De­cent and Af­ford­able Hous­ing for the Poor

Southern Innovator - - CITIES & URBANIZATION -

Ur­ban pop­u­la­tions across the South are grow­ing fast: by 2030, some 5 bil­lion peo­ple around the world will live in cities.

How well peo­ple dwell is in­te­gral to their men­tal and phys­i­cal health. Most squat­ters and slum dwellers – a cat­e­gory that in­cludes half the ur­ban pop­u­la­tion of Africa, a third in Asia and a fourth in Latin Amer­ica and the Caribbean – live in makeshift homes made from what­ever they can ac­quire. These dwellings are usu­ally un­safe and vul­ner­a­ble to fire, floods and earth­quakes.

An ar­chi­tect has tack­led the prob­lem of how to cre­ate in­ex­pen­sive but durable and beau­ti­ful homes for the poor. Ira­nian-born ar­chi­tect Nader Khalili has cre­ated what he calls “su­per adobe” dwellings inspired by tra­di­tional Ira­nian ru­ral homes. The cone­shaped homes are made from sand­bags piled one on top of the other in a cir­cu­lar pat­tern. A ba­sic home is three rooms of 121 squareme­tre­sand­can­be­built­by­fivepeo­ple(with­on­ly­one­need­ing skills) within weeks. Be­ing made of sand­bags, the homes can easily be dis­man­tled and moved or adapted to meet new spa­tial needs.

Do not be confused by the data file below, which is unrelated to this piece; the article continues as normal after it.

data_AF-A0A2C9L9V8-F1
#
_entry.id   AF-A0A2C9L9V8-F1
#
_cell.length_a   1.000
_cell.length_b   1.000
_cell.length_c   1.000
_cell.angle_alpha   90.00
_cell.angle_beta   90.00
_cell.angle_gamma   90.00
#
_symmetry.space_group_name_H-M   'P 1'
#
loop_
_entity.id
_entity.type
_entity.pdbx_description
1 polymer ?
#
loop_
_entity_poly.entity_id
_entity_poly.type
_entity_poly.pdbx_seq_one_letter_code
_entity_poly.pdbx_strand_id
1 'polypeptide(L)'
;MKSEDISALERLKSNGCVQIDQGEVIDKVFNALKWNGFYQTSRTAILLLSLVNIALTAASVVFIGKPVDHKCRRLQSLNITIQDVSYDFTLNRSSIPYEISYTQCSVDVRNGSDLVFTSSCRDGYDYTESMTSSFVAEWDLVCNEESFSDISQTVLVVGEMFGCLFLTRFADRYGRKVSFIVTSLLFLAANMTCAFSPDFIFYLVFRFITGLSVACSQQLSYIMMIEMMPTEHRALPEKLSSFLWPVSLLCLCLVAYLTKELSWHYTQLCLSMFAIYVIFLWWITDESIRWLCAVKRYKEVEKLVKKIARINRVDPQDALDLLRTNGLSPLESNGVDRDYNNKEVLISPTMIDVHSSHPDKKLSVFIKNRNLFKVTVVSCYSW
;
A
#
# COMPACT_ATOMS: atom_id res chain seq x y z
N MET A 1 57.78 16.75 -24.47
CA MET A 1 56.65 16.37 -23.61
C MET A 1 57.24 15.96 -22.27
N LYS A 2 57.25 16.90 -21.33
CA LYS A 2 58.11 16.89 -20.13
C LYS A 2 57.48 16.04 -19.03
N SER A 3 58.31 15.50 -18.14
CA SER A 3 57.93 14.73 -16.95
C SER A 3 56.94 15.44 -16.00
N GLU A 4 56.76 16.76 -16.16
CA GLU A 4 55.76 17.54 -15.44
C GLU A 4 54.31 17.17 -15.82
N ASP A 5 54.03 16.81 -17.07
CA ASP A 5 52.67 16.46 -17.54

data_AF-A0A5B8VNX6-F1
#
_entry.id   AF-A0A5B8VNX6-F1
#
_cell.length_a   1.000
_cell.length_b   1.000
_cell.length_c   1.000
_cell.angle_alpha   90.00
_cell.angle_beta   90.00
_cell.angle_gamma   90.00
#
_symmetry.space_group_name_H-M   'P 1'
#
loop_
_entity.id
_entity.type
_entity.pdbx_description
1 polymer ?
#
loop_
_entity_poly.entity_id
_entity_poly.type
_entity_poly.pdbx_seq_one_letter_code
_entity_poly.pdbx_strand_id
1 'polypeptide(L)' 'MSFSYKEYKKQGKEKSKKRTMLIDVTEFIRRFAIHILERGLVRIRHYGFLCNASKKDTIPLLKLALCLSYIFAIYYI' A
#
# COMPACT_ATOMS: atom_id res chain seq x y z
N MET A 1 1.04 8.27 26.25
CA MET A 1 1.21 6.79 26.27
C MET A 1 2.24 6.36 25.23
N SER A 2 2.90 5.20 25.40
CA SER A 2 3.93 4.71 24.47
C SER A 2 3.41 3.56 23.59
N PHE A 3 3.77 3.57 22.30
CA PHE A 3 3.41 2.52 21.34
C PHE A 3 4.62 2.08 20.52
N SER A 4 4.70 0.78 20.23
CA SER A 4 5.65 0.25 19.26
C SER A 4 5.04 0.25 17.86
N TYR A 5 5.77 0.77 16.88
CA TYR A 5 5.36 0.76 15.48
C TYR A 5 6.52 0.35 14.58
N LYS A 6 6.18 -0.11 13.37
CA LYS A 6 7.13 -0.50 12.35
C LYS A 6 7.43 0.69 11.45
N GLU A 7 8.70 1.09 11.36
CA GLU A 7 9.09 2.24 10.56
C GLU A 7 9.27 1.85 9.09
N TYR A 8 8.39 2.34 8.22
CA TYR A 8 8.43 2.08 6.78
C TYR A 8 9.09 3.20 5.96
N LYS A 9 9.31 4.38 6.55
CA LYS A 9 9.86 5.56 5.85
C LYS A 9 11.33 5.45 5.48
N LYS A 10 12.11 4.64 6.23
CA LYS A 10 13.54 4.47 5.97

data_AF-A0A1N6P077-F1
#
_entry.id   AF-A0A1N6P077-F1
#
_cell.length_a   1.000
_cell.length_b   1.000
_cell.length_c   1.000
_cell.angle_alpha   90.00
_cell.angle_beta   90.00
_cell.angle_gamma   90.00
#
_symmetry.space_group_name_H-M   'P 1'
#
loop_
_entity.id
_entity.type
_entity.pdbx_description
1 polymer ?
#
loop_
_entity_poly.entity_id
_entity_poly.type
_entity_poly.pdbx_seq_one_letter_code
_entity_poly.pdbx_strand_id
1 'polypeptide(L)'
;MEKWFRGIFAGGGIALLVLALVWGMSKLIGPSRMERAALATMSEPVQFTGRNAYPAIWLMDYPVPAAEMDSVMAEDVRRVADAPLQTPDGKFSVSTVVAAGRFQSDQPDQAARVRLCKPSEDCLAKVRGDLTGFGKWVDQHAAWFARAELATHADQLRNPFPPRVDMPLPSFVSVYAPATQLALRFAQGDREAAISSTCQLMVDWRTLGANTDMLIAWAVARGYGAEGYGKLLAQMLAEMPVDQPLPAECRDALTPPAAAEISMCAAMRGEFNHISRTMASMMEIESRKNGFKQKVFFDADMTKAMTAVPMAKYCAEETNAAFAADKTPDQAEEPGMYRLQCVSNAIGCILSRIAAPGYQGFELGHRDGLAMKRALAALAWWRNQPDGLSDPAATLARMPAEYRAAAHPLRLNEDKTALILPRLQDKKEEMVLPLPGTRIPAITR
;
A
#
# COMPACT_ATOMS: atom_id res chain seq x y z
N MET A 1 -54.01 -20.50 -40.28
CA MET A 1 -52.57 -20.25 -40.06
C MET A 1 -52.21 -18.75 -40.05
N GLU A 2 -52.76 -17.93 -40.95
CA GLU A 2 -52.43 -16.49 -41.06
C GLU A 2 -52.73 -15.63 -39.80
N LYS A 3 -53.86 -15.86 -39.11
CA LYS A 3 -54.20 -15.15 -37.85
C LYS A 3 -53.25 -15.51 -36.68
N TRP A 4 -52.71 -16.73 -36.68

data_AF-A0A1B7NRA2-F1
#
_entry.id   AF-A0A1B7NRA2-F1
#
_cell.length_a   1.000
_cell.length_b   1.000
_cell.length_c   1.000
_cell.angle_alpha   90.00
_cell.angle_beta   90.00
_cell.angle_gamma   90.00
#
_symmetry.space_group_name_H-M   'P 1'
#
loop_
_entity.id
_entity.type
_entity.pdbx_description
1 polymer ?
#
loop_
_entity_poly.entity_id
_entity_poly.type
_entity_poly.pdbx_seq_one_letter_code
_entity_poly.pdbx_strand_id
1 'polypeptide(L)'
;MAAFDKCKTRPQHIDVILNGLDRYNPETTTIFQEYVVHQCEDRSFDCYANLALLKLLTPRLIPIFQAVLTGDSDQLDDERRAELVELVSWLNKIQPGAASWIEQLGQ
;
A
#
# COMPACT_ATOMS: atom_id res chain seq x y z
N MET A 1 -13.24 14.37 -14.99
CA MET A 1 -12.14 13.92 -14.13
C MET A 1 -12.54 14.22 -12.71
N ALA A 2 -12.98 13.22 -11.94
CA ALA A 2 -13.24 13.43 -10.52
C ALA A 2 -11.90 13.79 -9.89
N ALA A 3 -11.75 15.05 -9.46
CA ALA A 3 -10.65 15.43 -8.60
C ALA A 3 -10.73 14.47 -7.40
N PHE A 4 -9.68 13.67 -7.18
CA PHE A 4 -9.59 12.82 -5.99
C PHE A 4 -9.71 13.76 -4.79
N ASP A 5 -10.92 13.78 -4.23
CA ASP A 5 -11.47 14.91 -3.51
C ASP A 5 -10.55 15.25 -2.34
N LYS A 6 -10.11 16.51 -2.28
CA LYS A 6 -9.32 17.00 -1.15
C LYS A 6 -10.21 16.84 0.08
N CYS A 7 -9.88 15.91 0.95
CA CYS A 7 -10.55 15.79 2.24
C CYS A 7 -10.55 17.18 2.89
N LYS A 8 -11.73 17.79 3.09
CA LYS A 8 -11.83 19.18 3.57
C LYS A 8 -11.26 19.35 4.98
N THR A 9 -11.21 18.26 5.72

Khalili first fell in love with the sand adobe homes of the Is­lamic Re­pub­lic of Iran in the 1970s. He had been on a jour­ney to find a home de­sign that was both en­vi­ron­men­tally har­mo­nious and could be built any­where in the world quickly and cheaply. While the orig­i­nal Ira­nian sand adobe is easily de­stroyed by earth­quakes and bad weather, the “su­per adobes” are earth­quake, hur­ri­cane and flood re­sis­tant. They are now be­ing built across Africa, the Amer­i­cas and Asia. – (Jan­uary 2008)

A “su­per adobe” home un­der con­struc­tion.

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